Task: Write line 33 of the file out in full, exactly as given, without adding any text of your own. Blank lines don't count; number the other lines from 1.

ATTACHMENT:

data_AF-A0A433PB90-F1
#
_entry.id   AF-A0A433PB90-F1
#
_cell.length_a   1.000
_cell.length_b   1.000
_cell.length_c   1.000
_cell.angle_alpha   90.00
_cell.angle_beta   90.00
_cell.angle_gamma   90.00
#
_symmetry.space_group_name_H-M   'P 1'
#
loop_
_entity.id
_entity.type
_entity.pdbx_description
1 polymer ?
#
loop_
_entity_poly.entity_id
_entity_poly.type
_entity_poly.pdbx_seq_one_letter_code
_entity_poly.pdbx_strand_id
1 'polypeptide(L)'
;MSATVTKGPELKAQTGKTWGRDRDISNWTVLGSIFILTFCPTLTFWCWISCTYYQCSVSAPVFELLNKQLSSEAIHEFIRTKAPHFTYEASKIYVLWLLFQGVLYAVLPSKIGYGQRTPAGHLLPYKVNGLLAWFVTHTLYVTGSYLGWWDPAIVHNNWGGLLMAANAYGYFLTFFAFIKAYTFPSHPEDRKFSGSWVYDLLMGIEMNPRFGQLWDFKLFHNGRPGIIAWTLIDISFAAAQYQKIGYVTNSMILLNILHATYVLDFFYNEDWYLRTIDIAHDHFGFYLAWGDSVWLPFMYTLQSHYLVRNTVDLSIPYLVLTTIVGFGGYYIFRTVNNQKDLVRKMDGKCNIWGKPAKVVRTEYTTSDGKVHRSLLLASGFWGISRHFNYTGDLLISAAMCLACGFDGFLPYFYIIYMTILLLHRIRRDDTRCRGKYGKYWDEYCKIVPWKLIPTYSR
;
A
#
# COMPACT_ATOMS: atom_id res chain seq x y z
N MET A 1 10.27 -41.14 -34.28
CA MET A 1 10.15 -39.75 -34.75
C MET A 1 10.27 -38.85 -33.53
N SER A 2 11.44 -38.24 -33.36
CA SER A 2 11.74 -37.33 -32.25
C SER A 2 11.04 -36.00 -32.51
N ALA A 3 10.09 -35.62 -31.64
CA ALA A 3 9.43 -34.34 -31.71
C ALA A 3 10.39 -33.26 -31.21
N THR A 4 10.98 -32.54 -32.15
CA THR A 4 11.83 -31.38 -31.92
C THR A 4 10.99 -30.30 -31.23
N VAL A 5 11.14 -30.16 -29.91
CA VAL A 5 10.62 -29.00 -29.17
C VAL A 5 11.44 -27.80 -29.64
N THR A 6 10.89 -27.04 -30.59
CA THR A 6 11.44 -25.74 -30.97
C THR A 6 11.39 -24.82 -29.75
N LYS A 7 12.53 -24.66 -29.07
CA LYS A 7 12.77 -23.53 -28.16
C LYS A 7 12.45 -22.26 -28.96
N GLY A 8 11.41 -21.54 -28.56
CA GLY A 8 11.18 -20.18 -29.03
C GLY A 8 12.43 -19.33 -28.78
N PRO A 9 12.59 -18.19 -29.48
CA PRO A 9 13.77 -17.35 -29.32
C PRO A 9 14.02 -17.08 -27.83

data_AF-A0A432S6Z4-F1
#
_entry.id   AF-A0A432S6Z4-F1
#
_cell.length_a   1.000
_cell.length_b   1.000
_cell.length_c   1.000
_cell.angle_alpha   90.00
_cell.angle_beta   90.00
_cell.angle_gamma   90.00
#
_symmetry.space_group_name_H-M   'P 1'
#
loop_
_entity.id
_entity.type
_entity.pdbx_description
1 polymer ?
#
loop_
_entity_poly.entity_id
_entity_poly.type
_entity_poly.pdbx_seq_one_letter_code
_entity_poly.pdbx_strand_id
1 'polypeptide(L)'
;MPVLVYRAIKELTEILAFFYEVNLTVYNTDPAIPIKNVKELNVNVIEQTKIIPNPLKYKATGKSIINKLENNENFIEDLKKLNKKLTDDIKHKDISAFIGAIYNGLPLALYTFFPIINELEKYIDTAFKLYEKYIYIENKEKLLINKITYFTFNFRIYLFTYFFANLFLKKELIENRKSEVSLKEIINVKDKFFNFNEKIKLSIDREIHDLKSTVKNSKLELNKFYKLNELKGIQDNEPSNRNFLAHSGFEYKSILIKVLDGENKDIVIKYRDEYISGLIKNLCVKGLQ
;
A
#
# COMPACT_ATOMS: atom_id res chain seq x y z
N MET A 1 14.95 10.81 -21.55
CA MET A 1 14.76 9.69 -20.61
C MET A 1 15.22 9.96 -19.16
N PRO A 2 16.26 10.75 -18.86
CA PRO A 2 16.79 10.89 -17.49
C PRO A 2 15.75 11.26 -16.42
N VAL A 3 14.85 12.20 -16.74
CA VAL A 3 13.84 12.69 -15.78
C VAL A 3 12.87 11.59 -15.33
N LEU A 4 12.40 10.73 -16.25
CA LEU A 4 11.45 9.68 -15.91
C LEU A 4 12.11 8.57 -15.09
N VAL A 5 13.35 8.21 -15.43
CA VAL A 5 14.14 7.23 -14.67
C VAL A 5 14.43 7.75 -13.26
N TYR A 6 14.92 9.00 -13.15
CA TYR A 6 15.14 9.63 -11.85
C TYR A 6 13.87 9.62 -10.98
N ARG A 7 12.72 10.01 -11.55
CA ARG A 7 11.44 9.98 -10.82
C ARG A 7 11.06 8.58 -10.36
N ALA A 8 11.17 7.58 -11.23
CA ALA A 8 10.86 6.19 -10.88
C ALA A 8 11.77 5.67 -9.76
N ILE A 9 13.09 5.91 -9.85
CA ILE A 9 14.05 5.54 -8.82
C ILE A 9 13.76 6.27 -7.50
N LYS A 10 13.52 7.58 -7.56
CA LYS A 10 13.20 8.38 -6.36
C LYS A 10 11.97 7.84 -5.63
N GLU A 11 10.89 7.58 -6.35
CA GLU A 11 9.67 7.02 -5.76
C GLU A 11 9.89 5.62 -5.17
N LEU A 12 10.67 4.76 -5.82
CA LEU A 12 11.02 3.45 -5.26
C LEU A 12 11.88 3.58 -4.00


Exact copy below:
C MET A 1 10.27 -38.85 -33.53